Dafuniks and the Lawnmower Test

This piece originally appeared on TPM, but is gone do to my own stupidity. Today, I was bumpin’ some Dafuniks and decided to repost this old review that I dug up in my personal archives. Glad I was able to locate it. Enjoy!


If you’ve been following TPM for the last few years, you’ve probably heard the name Elias before and you’ve most certainly heard the name Pigeon John. It just so happens that both of these crazy cats find themselves features on the latest album from Dafuniks. Never heard of Dafuniks? Well, there is good reason for that if you are an American, they are a Danish hip hop trio signed to a French record label. Underdog Records, is described by some French websites as a “rising star” in the French hip hop world and a “fresh” and “exciting” label. Perhaps groups like Dafuniks are the reasons why this label is gaining steam. With that in mind, I decided yesterday to put the new album, Enter the Sideshow Groove, to the LAWNMOWER TEST.

“What is the ‘Lawnmower Test?’” you ask. Simple. It’s when thepaintedman pops the album in during his weekly lawnmowing session and decides whether or not the album holds up. Extremely downbeat or chill albums are not lawnmower albums, but I’ve also found that metalcore rarely find themselves to be great lawnmower albums either. The top lawnmower albums tend to be in the realms of hip hop, alternative rock, and punk. This Spring and Summer, thepaintedman will be featuring the Lawnmower Test roughly one a week (read as: “whenever I am forced to mow my stinkin’ lawn”) and seeing that Dafuniks are a hip hop crew that doesn’t make their bones in a more chill, modern R&B drenched manner, they seemed to be a great choice for the first of the season.

The first key point to make is that Dafuniks passed the test. A bit more groove-oriented than my typical selection, Enter the Sideshow Groove lent itself to a leisurely mow in thepaintedman’s backyard with a few short dance breaks. Tracks “D to the A”, “Don’t Dig Too Deep”, and “Bone Jacked & Buggin’ Out” were standouts, but there were no tracks that caused me to pause from my job to press skip. This is an uncommon thing, seeing as I get bored and picky quite easily. The tracks featuring female lead vocals, ie. “Daisy” (with Barbara Moleko) and “After Midnight” (with Astrid Engberg) had a Portishead type flavor to them, which is certainly up my alley. Overall a solid album from a group that I knew nothing of other than an affinity for two of their album guests.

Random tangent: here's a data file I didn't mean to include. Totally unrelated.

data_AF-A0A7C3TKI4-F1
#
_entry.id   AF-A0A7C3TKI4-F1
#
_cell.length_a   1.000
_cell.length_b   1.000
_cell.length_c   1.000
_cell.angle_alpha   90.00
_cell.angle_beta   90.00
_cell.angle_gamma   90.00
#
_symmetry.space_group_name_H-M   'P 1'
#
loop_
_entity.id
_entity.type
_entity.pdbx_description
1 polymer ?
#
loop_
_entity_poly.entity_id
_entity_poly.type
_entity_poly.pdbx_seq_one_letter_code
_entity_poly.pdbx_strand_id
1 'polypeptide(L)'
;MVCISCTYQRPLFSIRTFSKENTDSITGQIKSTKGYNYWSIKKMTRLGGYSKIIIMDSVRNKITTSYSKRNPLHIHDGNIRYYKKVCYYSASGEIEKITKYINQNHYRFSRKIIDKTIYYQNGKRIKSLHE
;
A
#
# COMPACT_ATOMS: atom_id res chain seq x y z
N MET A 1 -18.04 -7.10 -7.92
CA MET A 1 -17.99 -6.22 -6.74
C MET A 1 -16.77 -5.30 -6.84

Another track that tickled my fancy a great deal was the R&B flavored “Hello, I Love You” which stars the talents of Elias Wallace, an artist I’ve come to appreciate a good deal as an emcee, a singer, and a person. More than a guest on this album, Elias appears on several tracks. This track and the aforementioned “Don’t Dig Too Deep” (which also features Pigeon John, whom I have discovered is apparently quite beloved by the French) are my favorite Dafuniks tracks featuring Elias, but his talents don’t go unnoticed on “Typical Guy” and “All I Want”. When I sat down after my post mowing shower, I couldn’t help but grab my headphones and replay these tracks again immediately. Approximately half of the 15 tracks on the album will likely be featured on playlists and mix CDs for the foreseeable future.

Overall, fans of funk flavored hip hop can’t miss with this one. The fun grooves of Handsome Boy Modeling School, the grooves of Portishead, and the flavor of Beatnuts all come to mind as I listen to Enter the Sideshow Groove. So, whether you have to mow your lawn, you need a backbeat for your day at work, or you just want to laze in your yard and enjoy a nice Spring day with a good beer in hand this is surely an album you shouldn’t dismiss.


~ by thepaintedman on February 19, 2013.

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